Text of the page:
I’m sure I’m not the only one who’s noticed you can’t fucking move for class-based TV at the moment. Whilst the staples of Jeremy Kyle and TOWIE have come to be accepted parts of British television, the deluge of Upper-class tomfoolery that is currently polluting the airwaves has come as quite a shock to me. Now I can deal with Made In Chelsea, and I must confess I kind of like watching West London’s finest ponce around bars saying funny words like ‘Safe’ and ‘Bro’ to each other, but the BBC’s latest offerings are about as much as I can take of the upper classes.
Now for those of you who aren’t familiar with the Fulford family, I’ll provide a quick rundown. The stars of BBC Three’s newest class-related exploit ‘Life is Toff’, the Fulford family are one of the few remaining members of Britain’s Landed Gentry who still occupy their original estate, in this case, a stately manor in Devon which has stood for over 500 years.
The enigmatic patriarch of the family, Francis Fulford, has been something of a reality TV star over the last ten years, and ‘Life is Toff’ is certainly not his first televised outing. I’m sure I wasn’t the only one to notice that the Fulford family is seemingly a one-parent affair, and it turns out Francis’s wife Kishanda has boycotted the program as she believes the intrusion into home life isn’t worth the fame/money, a realisation she probably had whilst suffering through the Fulford’s first TV outing ‘The F***ing Fulfords’. You can see Francis at his eloquent and agreeable best in the aforementioned show below:
You’ve got to ask yourself what it is about these total goons that the British public finds so intriguing. Is it Francis’s horrendous language? His ridiculous eyebrows? Or his clearly suspect genetic heritage? Whilst the snapback wearing wallies of Made In Chelsea aren’t that different from a lot of average British folks, the Fulfords are clearly a group apart. With their absurd voices and madly unconcerned attitude to the tribulations of daily life, they truly are as different from the majority as one could be.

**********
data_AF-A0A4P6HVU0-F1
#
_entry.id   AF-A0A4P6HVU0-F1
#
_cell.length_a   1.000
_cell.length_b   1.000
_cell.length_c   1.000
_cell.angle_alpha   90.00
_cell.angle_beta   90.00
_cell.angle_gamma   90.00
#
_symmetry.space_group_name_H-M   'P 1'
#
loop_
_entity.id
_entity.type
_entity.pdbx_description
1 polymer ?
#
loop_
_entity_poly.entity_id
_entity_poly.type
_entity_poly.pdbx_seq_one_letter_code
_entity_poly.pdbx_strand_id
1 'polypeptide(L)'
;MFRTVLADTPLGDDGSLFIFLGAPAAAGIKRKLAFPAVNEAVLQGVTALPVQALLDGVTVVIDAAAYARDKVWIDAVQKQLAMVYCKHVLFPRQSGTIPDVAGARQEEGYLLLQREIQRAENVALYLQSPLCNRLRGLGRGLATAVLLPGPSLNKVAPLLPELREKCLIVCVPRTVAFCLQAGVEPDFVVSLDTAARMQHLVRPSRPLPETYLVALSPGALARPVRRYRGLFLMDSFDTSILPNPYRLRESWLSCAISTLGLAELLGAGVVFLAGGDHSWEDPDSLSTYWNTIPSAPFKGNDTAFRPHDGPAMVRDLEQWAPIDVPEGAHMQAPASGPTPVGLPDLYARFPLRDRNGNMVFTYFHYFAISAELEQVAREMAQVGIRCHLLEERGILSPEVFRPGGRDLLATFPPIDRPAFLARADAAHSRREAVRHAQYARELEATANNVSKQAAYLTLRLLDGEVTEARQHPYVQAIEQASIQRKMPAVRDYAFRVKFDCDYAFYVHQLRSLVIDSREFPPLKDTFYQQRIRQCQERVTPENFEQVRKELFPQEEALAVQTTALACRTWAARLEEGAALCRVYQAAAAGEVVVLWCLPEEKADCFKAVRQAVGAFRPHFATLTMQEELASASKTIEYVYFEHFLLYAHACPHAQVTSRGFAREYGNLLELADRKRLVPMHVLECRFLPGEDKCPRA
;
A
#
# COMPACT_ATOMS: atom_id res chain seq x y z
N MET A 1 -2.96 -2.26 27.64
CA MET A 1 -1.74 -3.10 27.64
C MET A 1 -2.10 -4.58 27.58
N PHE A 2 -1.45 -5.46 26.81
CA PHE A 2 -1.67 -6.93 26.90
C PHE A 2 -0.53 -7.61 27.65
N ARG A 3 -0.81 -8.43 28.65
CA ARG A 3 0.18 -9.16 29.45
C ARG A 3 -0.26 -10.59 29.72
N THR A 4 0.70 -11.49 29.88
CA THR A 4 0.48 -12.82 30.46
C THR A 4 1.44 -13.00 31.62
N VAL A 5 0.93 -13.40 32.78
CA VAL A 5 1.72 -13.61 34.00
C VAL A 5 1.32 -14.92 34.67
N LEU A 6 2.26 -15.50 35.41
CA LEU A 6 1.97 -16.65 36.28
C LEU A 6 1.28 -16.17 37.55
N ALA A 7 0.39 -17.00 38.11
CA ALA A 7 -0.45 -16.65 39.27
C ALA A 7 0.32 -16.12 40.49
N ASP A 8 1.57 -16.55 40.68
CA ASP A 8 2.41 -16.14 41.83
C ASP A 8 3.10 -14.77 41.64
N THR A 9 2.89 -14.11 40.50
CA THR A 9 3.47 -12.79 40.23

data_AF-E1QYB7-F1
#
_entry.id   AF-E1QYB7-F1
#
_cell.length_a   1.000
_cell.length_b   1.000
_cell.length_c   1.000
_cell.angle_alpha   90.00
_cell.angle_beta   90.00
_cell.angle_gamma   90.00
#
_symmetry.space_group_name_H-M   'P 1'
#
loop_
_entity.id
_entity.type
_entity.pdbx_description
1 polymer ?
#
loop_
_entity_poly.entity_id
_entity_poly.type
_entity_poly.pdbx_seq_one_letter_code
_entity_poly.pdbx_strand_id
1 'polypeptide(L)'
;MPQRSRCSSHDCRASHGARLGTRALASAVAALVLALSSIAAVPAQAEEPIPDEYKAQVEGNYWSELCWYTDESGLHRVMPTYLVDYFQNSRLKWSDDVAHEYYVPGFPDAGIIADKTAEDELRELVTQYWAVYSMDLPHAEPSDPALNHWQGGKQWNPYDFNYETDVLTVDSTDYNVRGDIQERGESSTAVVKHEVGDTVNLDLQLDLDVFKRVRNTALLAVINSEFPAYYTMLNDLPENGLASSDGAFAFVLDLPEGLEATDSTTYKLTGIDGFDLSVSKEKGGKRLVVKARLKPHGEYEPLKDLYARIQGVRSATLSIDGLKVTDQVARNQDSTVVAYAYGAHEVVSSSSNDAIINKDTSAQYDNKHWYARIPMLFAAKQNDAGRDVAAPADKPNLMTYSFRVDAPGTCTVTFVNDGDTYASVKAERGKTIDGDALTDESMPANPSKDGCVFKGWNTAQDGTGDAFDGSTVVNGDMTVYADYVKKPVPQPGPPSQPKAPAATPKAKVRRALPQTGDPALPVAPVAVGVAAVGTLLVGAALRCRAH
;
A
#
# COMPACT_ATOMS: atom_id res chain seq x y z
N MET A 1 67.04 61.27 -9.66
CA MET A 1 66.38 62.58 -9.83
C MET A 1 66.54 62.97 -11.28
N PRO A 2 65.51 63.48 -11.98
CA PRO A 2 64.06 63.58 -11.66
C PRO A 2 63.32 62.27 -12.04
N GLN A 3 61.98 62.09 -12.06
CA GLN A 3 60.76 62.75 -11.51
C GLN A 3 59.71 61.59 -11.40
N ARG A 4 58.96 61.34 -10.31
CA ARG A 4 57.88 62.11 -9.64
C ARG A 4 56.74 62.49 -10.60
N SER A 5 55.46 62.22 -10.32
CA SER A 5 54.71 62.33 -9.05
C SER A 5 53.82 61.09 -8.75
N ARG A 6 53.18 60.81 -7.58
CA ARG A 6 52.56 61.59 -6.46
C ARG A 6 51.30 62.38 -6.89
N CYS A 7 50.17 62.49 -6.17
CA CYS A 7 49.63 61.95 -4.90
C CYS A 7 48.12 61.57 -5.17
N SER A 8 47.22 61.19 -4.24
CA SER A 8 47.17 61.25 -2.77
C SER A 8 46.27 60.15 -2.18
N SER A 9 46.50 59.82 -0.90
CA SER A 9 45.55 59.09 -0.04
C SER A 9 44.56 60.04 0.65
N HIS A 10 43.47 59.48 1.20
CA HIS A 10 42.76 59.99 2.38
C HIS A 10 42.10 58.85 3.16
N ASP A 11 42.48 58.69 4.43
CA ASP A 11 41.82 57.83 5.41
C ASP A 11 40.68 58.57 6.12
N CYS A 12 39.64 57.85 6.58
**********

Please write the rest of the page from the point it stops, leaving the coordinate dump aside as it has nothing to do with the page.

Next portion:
With the BBC already planning another class-based program for the near future, this to be titled ‘Posh People: Inside Tatler’, concerning itself with the inner workings of Britain’s oldest magazine ‘Tatler’, we’ve got to wonder why we have such an appetite for anything to do with the upper classes in the UK. And although we might think all of these posh twats are a total bunch of oxygen-thieves, we all watch the shows.
In the lows of a recession we all love to hate the Fulfords of the world, whilst hundreds of Britons are feeling the pinch of the bedroom tax, these bell ends are farting about in a house that could contain most of the homeless people in Peckham. And Jaimie Laing from MIC appears on ‘Famous, Rich and Hungry for Sport Relief‘, when he’s the heir to the fucking McVities Fortune. Come on Jamie, give him a fucking chocolate digestive ya bell end.
Given that we’re all unwitting slaves to the class system which is such an unavoidable part of British culture, I can’t help but see the appeal of all this toff television. It’s all about aspiration, whilst we might not all want to be estate-dwelling nutcases who sound like characters from a wartime film, who of us wouldn’t want to spend our days Made In Chelsea style farting about in Fulham with someone else’s money? But with that being said, the BBC needs to stop shoving this shit down my throat before I start talking about ‘Bongo Bongo’ land and voting for UKIP to avoid the inheritance tax.